Choice matchup

Bruins happy they’ll have last change tonight

By Fluto Shinzawa
Globe Staff / June 13, 2011

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On Saturday, the Bruins were prompt to hop on their charter leaving Vancouver following the previous night’s 1-0 setback in Game 5 of the Stanley Cup Final. They touched down in Boston by midafternoon, fulfilled their media obligations, and had the evening to rest. Yesterday, they practiced at TD Garden at 11 a.m.

Today, they will go through their usual routine, then play their final home game of 2010-11 before a crowd that will be amped like no other.

“It’s up to us, in front of our fans, to take all that energy and emotion that’s going to be in the building and carry that out onto the ice,’’ Patrice Bergeron said.

The Bruins will be at home, which has proven to be very kind for both clubs throughout the Cup Final. But it’s not just being in familiar settings and enjoying crowd support that have led to home-ice advantage. A major reason why the home team has won all five games is because having the last change has been a weapon each coach has wielded with conviction.

“Last change has had a huge impact,’’ said Bruins general manager Peter Chiarelli.

On the very first shift of Game 5 at Rogers Arena, the Bruins had to change on the fly. Johnny Boychuk, on the ice for the opening faceoff, hustled right for the bench. Zdeno Chara hopped over the boards, paired with usual partner Dennis Seidenberg against Vancouver’s No. 1 line of Daniel Sedin, Henrik Sedin, and Alex Burrows.

Tonight, the roles will be reversed. The Canucks must send out their men first. If, for example, Vancouver coach Alain Vigneault rolls out third-pairing defensemen Andrew Alberts and Chris Tanev, Bruins coach Claude Julien could answer with either of his first two lines. The Canucks then would have to scramble to adjust their personnel.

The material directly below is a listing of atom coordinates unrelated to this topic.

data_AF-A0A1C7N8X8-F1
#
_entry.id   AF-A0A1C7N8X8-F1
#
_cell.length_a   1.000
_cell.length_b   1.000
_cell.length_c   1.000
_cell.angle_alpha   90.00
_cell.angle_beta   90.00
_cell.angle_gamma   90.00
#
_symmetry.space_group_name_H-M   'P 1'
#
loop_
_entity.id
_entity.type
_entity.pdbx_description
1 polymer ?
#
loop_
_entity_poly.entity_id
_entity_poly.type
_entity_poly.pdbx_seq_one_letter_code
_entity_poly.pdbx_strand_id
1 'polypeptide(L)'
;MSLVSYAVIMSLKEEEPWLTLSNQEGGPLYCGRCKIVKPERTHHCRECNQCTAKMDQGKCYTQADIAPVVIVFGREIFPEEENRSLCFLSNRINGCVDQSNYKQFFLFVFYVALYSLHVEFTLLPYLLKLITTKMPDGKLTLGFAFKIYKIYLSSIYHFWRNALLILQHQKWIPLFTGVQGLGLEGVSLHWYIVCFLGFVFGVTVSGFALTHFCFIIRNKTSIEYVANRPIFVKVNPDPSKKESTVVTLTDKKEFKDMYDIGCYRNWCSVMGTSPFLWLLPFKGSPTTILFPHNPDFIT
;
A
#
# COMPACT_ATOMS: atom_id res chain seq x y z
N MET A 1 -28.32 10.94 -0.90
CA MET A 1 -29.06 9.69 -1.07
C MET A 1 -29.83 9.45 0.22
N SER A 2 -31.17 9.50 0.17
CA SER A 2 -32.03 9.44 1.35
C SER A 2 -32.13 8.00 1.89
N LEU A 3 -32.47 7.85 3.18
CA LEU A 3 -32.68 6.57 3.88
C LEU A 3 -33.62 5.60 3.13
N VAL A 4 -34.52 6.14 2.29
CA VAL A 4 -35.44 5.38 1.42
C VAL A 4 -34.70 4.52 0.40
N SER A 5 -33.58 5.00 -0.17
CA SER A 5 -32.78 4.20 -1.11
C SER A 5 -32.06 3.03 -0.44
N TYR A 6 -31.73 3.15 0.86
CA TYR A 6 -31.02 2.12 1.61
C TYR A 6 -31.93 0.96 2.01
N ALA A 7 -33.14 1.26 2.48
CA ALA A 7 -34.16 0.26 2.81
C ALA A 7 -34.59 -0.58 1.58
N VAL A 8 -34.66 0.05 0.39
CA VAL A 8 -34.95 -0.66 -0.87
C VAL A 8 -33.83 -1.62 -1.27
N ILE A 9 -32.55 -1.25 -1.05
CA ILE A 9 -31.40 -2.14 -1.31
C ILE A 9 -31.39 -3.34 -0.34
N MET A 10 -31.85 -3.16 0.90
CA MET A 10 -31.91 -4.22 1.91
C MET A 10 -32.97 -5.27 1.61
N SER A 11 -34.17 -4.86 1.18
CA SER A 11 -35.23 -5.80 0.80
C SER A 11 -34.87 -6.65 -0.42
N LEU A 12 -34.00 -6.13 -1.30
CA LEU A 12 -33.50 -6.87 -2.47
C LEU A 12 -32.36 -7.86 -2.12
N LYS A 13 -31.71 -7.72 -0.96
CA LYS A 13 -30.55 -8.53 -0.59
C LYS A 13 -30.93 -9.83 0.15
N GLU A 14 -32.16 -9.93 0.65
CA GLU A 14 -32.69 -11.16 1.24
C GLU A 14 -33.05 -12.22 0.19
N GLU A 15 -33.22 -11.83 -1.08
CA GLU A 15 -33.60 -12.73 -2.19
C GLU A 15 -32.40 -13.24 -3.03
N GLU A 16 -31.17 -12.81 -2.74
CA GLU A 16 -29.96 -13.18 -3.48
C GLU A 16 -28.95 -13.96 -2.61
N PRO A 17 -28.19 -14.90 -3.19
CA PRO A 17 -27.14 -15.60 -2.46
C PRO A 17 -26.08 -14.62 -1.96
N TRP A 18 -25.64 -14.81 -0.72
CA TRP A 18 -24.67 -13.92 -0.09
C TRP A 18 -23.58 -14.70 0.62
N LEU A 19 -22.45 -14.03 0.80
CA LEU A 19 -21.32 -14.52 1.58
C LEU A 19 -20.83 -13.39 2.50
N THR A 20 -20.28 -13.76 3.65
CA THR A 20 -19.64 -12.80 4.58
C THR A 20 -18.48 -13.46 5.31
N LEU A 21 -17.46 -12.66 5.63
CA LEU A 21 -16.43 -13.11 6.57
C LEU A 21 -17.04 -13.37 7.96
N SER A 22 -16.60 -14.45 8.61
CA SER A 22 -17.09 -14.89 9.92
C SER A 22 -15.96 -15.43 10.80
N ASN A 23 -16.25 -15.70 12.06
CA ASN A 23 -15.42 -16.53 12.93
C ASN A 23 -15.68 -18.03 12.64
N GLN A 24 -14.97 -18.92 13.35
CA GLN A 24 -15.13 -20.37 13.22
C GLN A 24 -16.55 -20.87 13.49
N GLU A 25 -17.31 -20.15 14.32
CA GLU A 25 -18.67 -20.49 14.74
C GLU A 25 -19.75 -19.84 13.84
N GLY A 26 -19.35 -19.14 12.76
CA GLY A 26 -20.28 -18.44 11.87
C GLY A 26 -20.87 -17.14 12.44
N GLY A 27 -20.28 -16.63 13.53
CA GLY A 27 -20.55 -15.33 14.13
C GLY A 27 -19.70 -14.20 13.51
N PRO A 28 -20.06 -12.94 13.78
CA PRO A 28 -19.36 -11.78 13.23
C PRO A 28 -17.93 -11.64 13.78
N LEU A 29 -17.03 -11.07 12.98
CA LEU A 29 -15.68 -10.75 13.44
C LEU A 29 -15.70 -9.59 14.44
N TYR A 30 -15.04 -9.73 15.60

Julien and Vigneault always have embraced defensive philosophies. They share a junior connection in Hull, where both made stops prior to the NHL. They both stood behind the Montreal Canadiens bench.

Wherever they’ve landed, Julien and Vigneault have emphasized the matchup game and deployed the players they prefer. It has been no different in the Stanley Cup Final.

Julien has sent out Chara and Seidenberg against the twins. In Game 5, Vigneault debuted his new shutdown pairing of Alex Edler and Kevin Bieksa against either of Boston’s top two lines. Bieksa started the series alongside Dan Hamhuis, who was injured in Game 1. Bieksa then played Game 2 and part of Game 3 with Aaron Rome. Rome was tossed from Game 3 early after his late hit on Nathan Horton.

“Our coaching staff likes to create a game plan and likes to get our players against their players,’’ said Bruins center Gregory Campbell. “Hopefully that will be an advantage for us [tonight].’’